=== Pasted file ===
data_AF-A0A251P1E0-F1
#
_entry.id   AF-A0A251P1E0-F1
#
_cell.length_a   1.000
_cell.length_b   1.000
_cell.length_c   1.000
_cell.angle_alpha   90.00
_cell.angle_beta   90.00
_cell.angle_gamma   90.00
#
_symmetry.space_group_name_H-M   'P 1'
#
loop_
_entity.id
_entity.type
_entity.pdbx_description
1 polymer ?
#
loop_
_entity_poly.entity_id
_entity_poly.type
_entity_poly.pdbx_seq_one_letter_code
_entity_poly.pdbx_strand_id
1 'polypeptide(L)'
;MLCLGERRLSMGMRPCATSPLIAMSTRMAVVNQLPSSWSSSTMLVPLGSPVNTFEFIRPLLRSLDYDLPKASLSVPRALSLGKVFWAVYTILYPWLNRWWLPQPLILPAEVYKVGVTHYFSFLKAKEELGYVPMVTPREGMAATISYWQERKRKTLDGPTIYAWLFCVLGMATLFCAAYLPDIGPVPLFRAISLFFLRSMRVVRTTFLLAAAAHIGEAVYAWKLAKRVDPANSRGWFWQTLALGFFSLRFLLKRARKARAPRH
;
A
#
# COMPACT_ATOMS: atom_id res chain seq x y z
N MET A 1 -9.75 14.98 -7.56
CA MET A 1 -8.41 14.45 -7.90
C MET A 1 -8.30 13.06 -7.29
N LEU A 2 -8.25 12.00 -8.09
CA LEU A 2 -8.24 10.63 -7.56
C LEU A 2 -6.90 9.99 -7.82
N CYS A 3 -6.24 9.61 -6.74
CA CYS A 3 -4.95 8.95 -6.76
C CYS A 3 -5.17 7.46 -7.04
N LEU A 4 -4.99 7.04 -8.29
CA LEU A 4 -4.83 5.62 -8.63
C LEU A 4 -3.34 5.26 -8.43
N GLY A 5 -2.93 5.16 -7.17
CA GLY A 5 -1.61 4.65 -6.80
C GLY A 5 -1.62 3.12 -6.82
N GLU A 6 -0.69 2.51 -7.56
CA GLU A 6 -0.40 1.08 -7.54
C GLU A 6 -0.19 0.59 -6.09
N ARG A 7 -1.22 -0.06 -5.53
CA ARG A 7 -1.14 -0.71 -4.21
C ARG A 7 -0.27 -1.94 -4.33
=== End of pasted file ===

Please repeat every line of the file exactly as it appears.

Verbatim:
data_AF-A0A251P1E0-F1
#
_entry.id   AF-A0A251P1E0-F1
#
_cell.length_a   1.000
_cell.length_b   1.000
_cell.length_c   1.000
_cell.angle_alpha   90.00
_cell.angle_beta   90.00
_cell.angle_gamma   90.00
#
_symmetry.space_group_name_H-M   'P 1'
#
loop_
_entity.id
_entity.type
_entity.pdbx_description
1 polymer ?
#
loop_
_entity_poly.entity_id
_entity_poly.type
_entity_poly.pdbx_seq_one_letter_code
_entity_poly.pdbx_strand_id
1 'polypeptide(L)'
;MLCLGERRLSMGMRPCATSPLIAMSTRMAVVNQLPSSWSSSTMLVPLGSPVNTFEFIRPLLRSLDYDLPKASLSVPRALSLGKVFWAVYTILYPWLNRWWLPQPLILPAEVYKVGVTHYFSFLKAKEELGYVPMVTPREGMAATISYWQERKRKTLDGPTIYAWLFCVLGMATLFCAAYLPDIGPVPLFRAISLFFLRSMRVVRTTFLLAAAAHIGEAVYAWKLAKRVDPANSRGWFWQTLALGFFSLRFLLKRARKARAPRH
;
A
#
# COMPACT_ATOMS: atom_id res chain seq x y z
N MET A 1 -9.75 14.98 -7.56
CA MET A 1 -8.41 14.45 -7.90
C MET A 1 -8.30 13.06 -7.29
N LEU A 2 -8.25 12.00 -8.09
CA LEU A 2 -8.24 10.63 -7.56
C LEU A 2 -6.90 9.99 -7.82
N CYS A 3 -6.24 9.61 -6.74
CA CYS A 3 -4.95 8.95 -6.76
C CYS A 3 -5.17 7.46 -7.04
N LEU A 4 -4.99 7.04 -8.29
CA LEU A 4 -4.83 5.62 -8.63
C LEU A 4 -3.34 5.26 -8.43
N GLY A 5 -2.93 5.16 -7.17
CA GLY A 5 -1.61 4.65 -6.80
C GLY A 5 -1.62 3.12 -6.82
N GLU A 6 -0.69 2.51 -7.56
CA GLU A 6 -0.40 1.08 -7.54
C GLU A 6 -0.19 0.59 -6.09
N ARG A 7 -1.22 -0.06 -5.53
CA ARG A 7 -1.14 -0.71 -4.21
C ARG A 7 -0.27 -1.94 -4.33